Turning up the heat on the already simmering auction for the assets of Chicago-based Tribune Co., Gannett Co., the nation's largest newspaper publisher, has emerged as a possible bidder for Tribune's newspaper properties, the Chicago Tribune learned yesterday.
Executives from the McLean, Va.-based media giant, which publishes 90 U.S. newspapers, including top-read USA Today, were in Chicago last week to hear presentations on Tribune's financial condition, two sources close to the situation said.
Tribune has been hosting a number of bidders as part of a process it put in place in September to enhance shareholder value by possibly selling all of the company's television and newspaper assets.
But the emergence of a potential buyer with the resources and influence of Gannett could significantly change the complexion of the bidding process.
Spokespeople for Tribune and Gannett declined to comment yesterday for this article.
The sources noted that the Tribune sell-off is in its early stages, and that Gannett has participated in newspaper auctions before without pulling the trigger. Most recently, Gannett expressed formal interest in Knight Ridder Inc. before backing away.
But assuming it is serious, Gannett would be the first "strategic buyer" - Wall Street parlance for a suitor in the same industry - to jump into the fray.
Until now, bidding for Tribune assets had been thought to be limited to financial buyers: several large private equity firms and a handful of wealthy entrepreneurs. But, unhappy with bids that valued the whole company close to the current stock price of about $32 a share, Tribune began asking for bids on its parts - newspapers such as The Sun, the Los Angeles Times and the Chicago Tribune and television stations such as WGN-Channel 9, among other properties.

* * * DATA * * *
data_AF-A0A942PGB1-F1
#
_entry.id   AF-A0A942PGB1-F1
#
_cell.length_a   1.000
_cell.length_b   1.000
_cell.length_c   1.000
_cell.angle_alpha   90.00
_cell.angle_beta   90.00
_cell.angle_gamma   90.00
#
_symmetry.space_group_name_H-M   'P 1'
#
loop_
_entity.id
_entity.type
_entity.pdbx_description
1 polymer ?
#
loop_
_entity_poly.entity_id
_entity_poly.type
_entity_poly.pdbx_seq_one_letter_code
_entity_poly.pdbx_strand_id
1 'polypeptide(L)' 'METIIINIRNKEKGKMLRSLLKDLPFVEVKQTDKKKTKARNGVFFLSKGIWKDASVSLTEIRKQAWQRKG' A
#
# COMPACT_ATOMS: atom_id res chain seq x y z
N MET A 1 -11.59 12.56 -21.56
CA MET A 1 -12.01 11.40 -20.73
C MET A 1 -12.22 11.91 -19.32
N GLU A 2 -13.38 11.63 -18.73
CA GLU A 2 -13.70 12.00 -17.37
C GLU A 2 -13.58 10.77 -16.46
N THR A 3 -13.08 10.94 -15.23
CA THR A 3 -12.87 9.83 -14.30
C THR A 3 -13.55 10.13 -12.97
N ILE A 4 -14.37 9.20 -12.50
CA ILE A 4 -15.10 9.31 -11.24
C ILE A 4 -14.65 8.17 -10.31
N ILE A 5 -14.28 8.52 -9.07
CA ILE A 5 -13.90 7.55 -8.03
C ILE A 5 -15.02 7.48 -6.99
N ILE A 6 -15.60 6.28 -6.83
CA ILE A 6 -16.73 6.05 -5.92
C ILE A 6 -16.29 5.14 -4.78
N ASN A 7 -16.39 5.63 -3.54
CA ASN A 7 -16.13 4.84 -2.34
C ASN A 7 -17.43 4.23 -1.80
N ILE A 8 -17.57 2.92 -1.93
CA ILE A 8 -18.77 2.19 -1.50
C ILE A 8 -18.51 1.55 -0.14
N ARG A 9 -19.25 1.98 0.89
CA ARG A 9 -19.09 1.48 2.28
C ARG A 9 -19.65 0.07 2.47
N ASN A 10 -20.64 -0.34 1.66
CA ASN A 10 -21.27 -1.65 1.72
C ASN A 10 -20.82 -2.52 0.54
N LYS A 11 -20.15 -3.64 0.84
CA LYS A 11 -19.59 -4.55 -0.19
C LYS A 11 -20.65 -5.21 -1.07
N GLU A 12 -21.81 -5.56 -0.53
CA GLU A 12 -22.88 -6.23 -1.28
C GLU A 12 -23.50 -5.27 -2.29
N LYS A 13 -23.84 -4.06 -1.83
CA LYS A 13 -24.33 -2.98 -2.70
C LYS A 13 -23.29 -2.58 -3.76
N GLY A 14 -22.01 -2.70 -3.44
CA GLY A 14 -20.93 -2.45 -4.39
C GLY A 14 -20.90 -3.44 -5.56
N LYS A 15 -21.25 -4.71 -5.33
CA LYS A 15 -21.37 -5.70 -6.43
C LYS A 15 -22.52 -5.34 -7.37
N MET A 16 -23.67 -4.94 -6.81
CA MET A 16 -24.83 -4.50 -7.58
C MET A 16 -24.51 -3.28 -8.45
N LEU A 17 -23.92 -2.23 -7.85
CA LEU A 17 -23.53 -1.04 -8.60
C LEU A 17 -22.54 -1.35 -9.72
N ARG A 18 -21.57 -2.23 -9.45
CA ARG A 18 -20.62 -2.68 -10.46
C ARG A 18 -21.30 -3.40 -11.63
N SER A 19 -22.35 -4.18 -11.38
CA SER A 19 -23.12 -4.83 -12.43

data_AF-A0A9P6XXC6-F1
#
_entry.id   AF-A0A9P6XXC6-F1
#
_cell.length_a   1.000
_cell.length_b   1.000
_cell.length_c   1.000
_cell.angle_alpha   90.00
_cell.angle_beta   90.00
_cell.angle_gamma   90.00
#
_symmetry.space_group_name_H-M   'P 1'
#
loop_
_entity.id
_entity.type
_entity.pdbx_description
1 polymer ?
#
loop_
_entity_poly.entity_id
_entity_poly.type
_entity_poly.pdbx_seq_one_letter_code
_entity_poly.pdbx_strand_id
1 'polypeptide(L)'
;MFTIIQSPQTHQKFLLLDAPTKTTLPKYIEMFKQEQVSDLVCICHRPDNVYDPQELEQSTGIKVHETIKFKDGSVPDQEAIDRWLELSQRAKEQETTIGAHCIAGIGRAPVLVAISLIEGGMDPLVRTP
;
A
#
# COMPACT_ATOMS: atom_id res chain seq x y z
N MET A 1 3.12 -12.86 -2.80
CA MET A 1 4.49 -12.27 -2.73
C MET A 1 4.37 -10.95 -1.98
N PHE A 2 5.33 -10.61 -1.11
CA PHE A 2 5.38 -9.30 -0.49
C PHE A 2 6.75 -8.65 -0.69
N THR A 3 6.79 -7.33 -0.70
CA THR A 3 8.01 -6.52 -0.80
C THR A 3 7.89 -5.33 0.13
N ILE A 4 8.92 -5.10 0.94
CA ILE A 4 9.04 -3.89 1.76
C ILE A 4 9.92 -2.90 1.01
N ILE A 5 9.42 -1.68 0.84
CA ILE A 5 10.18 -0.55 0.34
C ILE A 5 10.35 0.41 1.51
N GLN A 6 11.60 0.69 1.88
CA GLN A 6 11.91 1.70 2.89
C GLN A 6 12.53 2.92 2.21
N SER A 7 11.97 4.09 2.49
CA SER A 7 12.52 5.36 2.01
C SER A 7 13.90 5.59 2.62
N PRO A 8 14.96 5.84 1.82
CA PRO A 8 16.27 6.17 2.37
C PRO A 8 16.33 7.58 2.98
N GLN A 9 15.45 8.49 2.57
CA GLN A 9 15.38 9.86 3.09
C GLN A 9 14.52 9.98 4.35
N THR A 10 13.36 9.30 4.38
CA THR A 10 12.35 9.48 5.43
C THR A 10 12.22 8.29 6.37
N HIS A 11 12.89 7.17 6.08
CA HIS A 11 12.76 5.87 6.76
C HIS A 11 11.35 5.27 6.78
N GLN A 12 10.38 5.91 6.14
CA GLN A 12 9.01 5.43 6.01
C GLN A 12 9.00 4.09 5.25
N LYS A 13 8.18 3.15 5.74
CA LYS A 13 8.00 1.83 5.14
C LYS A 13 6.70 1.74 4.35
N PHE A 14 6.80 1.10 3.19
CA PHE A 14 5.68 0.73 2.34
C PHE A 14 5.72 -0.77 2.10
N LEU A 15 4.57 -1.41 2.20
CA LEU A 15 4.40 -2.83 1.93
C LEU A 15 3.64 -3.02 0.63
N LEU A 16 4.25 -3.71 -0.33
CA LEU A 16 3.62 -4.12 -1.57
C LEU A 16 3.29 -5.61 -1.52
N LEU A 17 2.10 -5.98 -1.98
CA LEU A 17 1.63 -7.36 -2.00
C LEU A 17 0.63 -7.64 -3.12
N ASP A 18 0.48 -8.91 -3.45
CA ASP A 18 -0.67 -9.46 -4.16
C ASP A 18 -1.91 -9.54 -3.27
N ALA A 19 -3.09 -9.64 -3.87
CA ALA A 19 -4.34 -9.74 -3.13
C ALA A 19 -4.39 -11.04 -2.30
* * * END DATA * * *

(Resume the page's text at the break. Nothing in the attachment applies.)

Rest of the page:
Sources said that opening up the bidding increased the level of interest among potential buyers in recent days. Last week, Los Angeles billionaires Eli Broad and Ron Burkle, who had earlier expressed interest in the Los Angeles Times, instead put in a bid for the entire company.
That might have induced others to move off the sidelines. At least one other media company, Denver-based MediaNews, is also interested in some of Tribune's newspapers, most notably the Hartford Courant, the Stamford Advocate and The Morning Call in Allentown, Pa., another source said. It's not clear, however, whether MediaNews has officially joined the bidding.
The emergence of a strategic buyer such as Gannett could mark a shift in the process by presenting Tribune Co. management with more flexibility in how to divvy up the company, said one Chicago attorney who has participated in many such deals.
Unlike a private equity player or a wealthy individual, a newspaper company like Gannett might see more immediate value in Tribune's newspapers, because it is a large operator of papers across the country and might be able to find operating efficiencies and uses that other buyers would not.
The auction for Knight Ridder this year provides a good example. Initially, several teams of private equity companies, as well as MediaNews and Gannett, bid for the company, only to back out by the end. That left Sacramento, Calif.-based newspaper operator McClatchy Co. as the only bidder. McClatchy bought all the Knight Ridder papers and then immediately sold off the lower-growth ones. Because many of the Knight Ridder papers matched McClatchy's strategy, going through this process made sense in a way it didn't for others.
What Gannett's strategy would be is unclear. But industry sources noted that Gannett owns several papers in Florida and would likely be most interested in owning Tribune Co.'s highly profitable papers in Orlando and Fort Lauderdale.
In any deal for Tribune papers, taxes are likely to be an issue, as Tribune has owned its properties for so long. But tax experts say there are many ways around that, including tax-free, spin-off structures.
Tribune and Gannett have a long history of working together. Gannett this year paid $180 million in cash for WATL-TV, Tribune's television station in Atlanta. Also, the companies are partners in several Internet-based businesses meant to replace the classified advertising disappearing from their newspaper pages: CareerBuilder.com, ShopLocal.com and Topix.net.
Michael Oneal and Phil Rosenthal write for the Chicago Tribune.